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January 17, 2006
Contact: Cindy Wertz (307) 775-6014

National Public Lands Foundation Honors BLM Employees

The national Public Lands Foundation today honored two Bureau of Land Management employees from Wyoming and Arizona for their leadership and professionalism on behalf of the country’s public lands in a ceremony at the BLM headquarters office in Washington, D.C.

Richard Zander, BLM associate field manager in Buffalo, Wyo., was named Outstanding Public Lands Professional Manager for 2005 for his outstanding career as a minerals specialist and for his key role in the development and implementation of complex management plans that carry forward the President’s National Energy Strategy.

The Public Lands Foundation also honored Tim Smith, BLM field manager in Lake Havasu, Ariz., as its Outstanding Public Lands Professional Technician for 2005. The award highlights his significant contributions to the outdoor recreation program during a recent tenure in Sacramento, Calif.

“We are proud of our employees and the lengths they go to ensure the best management of our nation’s public lands,” BLM Director Kathleen Clarke said. “I am pleased the Public Lands Foundation has chosen to recognize Richard and Tim this year.”

Public Lands Foundation President George Lea, who presented the awards, said that Zander has made significant contributions in carrying out the development of coal bed natural gas in the Powder River Basin of Wyoming.

“Richard’s effort to bring divergent interest groups together, to foster common goals, was not an easy task,” he said. “Under intense scrutiny and debate, he worked tirelessly to ensure that BLM had processes in place to not only permit environmentally responsible development, but also achieve proper inspection and enforcement and monitoring of natural gas.”

Lea said that Smith’s award recognizes both his outstanding career with BLM as well as his key role in the development and implementation of several national and statewide initiatives while stationed in California from March 1993 to early 2005 that enhance BLM’s recreation management program.

“Tim has shown great leadership with his chairmanship of the Recreation and Visitor Services Advisory Team, his work on the National Mountain Bicycling Strategic Action Plan and his efforts on BLM’s Priorities for Recreation and Visitor Services,” Lea said. “As a result, Americans can look forward to enhanced recreational opportunities on our nation’s public lands for years to come.”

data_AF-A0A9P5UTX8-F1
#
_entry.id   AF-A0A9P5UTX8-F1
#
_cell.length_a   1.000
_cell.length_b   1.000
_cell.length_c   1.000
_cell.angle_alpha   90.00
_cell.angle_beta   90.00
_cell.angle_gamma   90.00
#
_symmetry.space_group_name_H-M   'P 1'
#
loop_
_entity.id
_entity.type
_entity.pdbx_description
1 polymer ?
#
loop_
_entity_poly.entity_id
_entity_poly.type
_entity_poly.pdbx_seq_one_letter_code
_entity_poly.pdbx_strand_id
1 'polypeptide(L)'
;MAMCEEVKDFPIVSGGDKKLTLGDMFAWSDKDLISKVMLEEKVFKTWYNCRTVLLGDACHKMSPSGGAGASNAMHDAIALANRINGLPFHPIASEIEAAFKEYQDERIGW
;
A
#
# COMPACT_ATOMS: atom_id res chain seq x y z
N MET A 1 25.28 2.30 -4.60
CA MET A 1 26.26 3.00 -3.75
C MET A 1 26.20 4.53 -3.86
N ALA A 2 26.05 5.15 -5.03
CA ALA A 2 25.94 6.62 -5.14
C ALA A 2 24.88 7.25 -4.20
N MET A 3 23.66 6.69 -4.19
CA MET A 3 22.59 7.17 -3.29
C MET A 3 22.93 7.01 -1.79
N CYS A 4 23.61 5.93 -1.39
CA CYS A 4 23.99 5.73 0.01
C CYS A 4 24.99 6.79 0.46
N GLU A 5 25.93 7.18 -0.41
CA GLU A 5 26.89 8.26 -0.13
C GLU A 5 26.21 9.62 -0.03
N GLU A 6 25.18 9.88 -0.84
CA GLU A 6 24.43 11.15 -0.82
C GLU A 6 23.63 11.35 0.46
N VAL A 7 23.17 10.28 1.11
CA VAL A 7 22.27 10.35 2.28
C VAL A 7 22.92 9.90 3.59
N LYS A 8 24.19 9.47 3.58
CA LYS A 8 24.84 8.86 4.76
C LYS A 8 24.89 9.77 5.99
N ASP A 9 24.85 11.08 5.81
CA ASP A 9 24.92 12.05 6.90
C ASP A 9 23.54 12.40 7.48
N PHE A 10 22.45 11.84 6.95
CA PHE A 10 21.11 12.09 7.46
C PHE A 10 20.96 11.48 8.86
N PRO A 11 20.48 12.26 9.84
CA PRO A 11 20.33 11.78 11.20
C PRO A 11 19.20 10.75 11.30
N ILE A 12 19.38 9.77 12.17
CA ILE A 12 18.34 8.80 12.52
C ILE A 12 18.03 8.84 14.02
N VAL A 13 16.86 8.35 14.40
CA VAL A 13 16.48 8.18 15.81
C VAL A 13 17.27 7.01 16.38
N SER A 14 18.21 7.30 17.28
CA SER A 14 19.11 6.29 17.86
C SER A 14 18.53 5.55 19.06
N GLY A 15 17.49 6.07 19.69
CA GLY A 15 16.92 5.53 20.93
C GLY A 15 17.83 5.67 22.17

Lea described the national awards, now in their 18th year, as recognition for actions by professional public land technicians and managers that “constitute special professional achievement, courage, and not simply good performance.”

The two men’s achievement will be permanently inscribed on the "Hall of Fame Award" plaque at the BLM headquarters in Washington, D. C.

“This is another example of professional career employees’ willingness to chart new direction in protecting and enhancing natural resources,” Lea said. “We had many nominations for this award this year, and it is unfortunate that we cannot recognize them all in this manner.”

The Public Lands Foundation is the only national membership organization dedicated solely to the protection and perpetuation of the National Public Lands System under the administration of the BLM. It is a national nonprofit conservation organization whose members are primarily retired and active BLM employees. The full text and photos of this, and other professional awards, and information on all Public Lands Foundation programs and concepts can be found on the Internet at www.publicland.org.

The BLM, an agency of the U.S. Department of the Interior, manages more land—261 million surface acres—than any other federal agency. Most of this public land is located in 12 Western states, including Alaska. The Bureau, with a budget of about $1.9 billion, also administers 700 million acres of sub-surface mineral estate throughout the nation. The BLM’s multiple-use mission is to sustain the health and productivity of the public lands for the use and enjoyment of present and future generations. The Bureau accomplishes this by managing such activities as outdoor recreation, livestock grazing, mineral development, and energy production, and by conserving natural, historical, cultural, and other resources on the public lands.